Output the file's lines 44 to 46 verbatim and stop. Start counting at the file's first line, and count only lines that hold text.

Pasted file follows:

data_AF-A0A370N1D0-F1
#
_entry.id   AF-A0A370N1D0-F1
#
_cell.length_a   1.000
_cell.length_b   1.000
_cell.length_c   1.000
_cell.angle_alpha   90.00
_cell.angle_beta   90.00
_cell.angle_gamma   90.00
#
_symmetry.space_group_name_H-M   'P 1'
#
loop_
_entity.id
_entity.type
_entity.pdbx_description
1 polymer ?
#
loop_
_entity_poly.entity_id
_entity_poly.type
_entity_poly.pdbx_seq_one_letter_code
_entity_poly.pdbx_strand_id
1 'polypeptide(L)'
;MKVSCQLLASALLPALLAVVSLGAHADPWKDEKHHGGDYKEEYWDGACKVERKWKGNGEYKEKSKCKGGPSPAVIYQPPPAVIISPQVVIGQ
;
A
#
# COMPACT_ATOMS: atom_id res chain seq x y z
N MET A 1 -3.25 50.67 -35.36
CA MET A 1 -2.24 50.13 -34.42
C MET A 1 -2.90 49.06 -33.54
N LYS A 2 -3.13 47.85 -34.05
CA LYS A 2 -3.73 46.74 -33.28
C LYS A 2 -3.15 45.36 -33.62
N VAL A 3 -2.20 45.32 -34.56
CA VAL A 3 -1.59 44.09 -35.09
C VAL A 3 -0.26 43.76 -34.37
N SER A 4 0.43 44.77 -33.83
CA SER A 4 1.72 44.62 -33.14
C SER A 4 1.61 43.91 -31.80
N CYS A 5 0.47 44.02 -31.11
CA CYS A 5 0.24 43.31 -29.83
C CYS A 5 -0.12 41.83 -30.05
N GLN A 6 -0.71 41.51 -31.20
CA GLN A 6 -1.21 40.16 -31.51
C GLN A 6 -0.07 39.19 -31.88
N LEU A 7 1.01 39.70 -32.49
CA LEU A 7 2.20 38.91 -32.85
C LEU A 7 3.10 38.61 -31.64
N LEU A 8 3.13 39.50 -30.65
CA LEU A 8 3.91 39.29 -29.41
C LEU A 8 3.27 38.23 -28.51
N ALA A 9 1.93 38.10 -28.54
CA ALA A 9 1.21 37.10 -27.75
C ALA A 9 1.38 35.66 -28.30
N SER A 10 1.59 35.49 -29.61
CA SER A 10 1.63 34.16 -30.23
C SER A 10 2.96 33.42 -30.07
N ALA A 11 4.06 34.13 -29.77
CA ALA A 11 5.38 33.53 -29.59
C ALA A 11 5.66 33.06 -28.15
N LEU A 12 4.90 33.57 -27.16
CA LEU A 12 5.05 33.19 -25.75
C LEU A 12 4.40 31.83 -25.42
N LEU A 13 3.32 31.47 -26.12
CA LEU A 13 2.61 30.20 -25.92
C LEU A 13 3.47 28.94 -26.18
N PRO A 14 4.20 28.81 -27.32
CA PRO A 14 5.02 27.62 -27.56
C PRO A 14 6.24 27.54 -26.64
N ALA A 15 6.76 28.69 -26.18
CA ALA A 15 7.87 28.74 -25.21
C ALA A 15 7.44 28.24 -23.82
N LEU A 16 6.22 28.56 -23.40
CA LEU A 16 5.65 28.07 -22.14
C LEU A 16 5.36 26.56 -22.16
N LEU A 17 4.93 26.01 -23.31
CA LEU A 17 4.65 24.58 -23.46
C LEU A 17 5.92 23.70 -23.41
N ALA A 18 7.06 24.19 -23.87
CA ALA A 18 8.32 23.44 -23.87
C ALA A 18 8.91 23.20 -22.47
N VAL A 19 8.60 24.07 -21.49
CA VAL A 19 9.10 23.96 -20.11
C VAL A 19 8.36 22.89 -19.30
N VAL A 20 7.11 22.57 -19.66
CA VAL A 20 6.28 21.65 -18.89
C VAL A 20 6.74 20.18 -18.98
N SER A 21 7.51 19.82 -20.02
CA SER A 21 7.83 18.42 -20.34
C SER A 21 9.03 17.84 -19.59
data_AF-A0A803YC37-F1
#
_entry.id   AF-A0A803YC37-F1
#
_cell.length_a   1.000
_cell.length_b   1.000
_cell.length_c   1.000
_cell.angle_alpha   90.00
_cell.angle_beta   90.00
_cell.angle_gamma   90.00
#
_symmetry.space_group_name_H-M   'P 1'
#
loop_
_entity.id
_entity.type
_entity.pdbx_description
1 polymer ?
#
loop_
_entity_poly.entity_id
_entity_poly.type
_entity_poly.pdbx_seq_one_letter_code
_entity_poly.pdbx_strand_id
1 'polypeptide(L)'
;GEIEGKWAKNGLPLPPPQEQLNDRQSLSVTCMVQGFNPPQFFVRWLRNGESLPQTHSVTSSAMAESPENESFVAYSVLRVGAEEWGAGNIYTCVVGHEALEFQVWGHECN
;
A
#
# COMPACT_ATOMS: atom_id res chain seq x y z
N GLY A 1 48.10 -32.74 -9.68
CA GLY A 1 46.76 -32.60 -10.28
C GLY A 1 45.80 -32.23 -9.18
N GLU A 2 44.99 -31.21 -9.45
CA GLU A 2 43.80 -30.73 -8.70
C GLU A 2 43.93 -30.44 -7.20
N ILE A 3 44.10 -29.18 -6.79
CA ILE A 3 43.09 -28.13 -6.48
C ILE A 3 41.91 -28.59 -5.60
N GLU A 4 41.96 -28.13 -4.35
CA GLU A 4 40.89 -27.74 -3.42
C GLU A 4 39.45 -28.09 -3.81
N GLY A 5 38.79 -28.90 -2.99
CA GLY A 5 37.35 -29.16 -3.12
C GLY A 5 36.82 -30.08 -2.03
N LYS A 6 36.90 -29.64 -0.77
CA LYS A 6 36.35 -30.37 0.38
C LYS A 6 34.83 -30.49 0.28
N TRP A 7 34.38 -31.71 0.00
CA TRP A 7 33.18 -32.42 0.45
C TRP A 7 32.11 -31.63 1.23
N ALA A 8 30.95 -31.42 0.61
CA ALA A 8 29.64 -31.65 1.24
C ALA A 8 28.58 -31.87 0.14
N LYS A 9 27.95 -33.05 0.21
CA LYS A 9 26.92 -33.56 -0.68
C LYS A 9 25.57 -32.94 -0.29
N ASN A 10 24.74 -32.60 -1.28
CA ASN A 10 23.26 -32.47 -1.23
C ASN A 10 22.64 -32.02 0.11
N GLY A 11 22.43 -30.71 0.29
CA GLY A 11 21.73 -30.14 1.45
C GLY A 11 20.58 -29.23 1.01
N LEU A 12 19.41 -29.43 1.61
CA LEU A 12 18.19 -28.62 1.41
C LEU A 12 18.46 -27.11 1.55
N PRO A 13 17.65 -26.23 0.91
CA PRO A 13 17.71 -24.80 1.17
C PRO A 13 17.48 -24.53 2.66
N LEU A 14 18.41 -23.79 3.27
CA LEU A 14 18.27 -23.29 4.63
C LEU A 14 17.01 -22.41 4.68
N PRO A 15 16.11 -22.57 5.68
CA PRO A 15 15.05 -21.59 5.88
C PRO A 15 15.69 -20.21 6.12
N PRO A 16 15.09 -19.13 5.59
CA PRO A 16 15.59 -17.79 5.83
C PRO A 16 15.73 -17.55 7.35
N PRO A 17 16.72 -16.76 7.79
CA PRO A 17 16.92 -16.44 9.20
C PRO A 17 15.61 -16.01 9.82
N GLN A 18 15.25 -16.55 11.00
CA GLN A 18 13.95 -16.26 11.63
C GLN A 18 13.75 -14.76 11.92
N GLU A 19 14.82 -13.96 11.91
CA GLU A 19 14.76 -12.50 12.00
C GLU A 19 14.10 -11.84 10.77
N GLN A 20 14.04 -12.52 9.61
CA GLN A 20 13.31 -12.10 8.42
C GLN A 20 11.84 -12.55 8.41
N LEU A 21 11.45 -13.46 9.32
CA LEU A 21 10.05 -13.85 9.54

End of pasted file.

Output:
CA CYS A 5 0.24 43.31 -29.83
C CYS A 5 -0.12 41.83 -30.05
N GLN A 6 -0.71 41.51 -31.20